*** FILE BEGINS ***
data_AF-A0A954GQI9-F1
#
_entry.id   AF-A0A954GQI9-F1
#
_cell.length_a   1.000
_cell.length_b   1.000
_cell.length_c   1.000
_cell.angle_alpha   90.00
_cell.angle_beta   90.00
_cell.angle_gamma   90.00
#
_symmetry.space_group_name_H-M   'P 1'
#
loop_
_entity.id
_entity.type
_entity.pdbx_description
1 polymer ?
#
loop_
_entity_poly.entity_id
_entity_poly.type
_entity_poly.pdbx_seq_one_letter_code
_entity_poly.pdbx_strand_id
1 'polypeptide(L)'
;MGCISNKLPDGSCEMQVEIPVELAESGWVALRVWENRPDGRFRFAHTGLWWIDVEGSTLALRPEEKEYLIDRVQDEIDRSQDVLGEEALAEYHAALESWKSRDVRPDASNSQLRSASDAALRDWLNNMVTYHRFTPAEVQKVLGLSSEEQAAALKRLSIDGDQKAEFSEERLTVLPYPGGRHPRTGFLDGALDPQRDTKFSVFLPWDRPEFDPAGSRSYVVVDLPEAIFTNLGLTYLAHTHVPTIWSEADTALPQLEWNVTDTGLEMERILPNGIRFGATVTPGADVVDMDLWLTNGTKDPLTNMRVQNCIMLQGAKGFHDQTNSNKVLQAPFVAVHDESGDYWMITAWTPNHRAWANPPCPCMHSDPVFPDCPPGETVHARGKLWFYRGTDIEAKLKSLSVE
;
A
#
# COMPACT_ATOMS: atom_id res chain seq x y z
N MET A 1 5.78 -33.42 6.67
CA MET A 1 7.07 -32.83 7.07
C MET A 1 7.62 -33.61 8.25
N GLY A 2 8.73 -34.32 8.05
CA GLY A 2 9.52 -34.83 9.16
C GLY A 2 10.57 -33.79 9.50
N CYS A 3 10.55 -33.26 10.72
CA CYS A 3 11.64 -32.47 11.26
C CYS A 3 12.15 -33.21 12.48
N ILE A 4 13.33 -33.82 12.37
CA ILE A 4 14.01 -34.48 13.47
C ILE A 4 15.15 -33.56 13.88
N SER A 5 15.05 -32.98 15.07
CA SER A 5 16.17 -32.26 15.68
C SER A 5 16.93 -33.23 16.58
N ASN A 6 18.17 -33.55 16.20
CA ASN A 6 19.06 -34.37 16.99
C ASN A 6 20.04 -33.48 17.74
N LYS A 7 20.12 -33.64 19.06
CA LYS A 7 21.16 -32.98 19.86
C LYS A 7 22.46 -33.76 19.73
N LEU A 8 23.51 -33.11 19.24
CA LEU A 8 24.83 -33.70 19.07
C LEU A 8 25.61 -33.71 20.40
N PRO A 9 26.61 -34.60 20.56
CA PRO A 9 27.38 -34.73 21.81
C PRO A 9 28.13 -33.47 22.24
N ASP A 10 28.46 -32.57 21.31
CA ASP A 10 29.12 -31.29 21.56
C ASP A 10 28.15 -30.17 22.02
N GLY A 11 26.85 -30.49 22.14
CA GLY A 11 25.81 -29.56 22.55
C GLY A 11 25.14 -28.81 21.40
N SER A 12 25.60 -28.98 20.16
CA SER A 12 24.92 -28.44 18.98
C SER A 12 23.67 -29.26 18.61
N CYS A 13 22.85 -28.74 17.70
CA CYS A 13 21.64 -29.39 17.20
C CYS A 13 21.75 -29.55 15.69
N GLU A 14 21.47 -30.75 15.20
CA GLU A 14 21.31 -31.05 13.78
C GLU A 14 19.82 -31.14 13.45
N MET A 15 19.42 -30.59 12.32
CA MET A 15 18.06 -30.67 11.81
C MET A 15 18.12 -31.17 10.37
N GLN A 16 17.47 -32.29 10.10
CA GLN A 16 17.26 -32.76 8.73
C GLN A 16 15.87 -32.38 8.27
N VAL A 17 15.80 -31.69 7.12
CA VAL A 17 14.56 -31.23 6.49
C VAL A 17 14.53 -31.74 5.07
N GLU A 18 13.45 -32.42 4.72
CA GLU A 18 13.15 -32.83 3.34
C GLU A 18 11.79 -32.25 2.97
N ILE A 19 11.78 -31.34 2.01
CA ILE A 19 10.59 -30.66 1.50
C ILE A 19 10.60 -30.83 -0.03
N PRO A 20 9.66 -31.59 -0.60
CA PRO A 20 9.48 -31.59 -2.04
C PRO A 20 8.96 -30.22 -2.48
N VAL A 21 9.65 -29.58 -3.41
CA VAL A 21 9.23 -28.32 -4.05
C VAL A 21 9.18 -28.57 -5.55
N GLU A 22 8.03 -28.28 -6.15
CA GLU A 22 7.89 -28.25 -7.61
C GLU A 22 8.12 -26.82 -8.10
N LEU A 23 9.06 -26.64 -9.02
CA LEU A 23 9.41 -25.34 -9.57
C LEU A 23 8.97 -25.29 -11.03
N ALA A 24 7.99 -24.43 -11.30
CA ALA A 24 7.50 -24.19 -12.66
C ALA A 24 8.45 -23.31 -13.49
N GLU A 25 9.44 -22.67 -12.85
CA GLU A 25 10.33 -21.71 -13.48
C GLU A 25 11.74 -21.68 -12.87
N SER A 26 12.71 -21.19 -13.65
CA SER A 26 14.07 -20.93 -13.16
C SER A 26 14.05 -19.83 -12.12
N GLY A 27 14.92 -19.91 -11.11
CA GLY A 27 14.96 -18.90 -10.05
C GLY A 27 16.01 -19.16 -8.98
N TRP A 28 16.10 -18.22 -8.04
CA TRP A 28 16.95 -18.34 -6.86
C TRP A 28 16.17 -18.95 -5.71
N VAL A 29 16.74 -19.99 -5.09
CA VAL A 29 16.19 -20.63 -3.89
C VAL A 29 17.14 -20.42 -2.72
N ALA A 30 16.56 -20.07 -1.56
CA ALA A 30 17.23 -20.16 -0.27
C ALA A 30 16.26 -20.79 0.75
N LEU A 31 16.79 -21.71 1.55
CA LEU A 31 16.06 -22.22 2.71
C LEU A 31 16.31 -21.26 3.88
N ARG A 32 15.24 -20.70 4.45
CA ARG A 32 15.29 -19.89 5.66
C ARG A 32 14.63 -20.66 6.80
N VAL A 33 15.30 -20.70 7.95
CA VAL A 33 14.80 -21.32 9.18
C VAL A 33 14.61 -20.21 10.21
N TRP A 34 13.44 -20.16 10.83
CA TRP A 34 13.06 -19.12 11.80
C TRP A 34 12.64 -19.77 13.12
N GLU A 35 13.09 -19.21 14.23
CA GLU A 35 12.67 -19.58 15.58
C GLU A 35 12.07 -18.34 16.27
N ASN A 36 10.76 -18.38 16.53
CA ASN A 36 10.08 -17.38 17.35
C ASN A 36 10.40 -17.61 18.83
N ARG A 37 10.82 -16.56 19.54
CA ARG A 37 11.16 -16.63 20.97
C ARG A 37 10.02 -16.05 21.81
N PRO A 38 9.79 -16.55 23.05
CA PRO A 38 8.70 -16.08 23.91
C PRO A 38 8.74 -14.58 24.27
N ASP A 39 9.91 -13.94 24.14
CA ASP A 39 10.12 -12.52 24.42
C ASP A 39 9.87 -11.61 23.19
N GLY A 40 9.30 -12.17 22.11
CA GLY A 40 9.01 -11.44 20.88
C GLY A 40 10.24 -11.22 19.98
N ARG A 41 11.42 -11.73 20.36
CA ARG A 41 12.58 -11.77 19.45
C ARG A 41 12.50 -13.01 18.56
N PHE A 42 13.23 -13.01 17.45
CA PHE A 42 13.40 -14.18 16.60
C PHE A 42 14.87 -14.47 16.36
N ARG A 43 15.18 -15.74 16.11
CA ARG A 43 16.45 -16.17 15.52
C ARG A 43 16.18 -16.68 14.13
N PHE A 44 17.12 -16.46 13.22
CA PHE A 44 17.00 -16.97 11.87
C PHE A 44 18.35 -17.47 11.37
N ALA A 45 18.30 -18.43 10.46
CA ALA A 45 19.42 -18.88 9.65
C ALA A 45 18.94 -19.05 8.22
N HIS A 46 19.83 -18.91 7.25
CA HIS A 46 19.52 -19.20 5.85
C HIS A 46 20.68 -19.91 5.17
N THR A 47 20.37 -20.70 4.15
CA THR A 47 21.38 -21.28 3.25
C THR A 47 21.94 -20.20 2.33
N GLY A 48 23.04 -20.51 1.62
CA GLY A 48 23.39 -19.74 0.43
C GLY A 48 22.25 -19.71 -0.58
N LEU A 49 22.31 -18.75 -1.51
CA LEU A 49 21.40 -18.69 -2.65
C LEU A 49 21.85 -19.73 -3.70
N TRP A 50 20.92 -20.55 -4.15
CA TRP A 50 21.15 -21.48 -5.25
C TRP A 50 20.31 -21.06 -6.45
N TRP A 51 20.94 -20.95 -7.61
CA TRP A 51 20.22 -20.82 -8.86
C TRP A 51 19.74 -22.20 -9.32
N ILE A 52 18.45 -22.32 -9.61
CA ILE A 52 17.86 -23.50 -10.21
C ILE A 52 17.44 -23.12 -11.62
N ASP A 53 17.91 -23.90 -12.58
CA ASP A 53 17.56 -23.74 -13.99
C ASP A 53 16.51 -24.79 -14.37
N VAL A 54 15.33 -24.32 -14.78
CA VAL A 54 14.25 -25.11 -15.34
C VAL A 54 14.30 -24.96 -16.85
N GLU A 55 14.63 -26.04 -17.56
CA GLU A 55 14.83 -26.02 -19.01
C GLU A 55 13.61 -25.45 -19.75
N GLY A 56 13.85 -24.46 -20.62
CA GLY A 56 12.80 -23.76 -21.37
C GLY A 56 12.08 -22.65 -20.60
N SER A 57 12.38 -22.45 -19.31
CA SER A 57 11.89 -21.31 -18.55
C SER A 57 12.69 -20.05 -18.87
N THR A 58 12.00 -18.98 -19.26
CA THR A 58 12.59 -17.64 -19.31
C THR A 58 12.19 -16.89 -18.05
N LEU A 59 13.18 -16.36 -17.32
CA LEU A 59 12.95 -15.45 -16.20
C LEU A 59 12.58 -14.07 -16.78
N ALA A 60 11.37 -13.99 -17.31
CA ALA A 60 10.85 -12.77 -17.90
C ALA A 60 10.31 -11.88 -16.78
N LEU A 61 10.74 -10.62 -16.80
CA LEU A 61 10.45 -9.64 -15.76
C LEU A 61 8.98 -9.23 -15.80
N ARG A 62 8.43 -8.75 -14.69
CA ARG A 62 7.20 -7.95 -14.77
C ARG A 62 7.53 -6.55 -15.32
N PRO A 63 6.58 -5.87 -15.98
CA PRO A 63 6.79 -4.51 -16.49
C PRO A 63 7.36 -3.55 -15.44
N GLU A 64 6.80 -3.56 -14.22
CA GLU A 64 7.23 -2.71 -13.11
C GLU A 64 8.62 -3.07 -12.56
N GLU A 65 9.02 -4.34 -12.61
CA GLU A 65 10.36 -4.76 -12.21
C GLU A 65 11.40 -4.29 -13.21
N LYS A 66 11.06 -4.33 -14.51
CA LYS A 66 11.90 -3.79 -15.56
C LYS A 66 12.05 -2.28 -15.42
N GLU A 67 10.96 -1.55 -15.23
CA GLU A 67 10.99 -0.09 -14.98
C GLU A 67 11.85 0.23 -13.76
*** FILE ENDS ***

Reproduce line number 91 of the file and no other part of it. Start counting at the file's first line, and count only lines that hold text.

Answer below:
N VAL A 21 9.65 -29.58 -3.41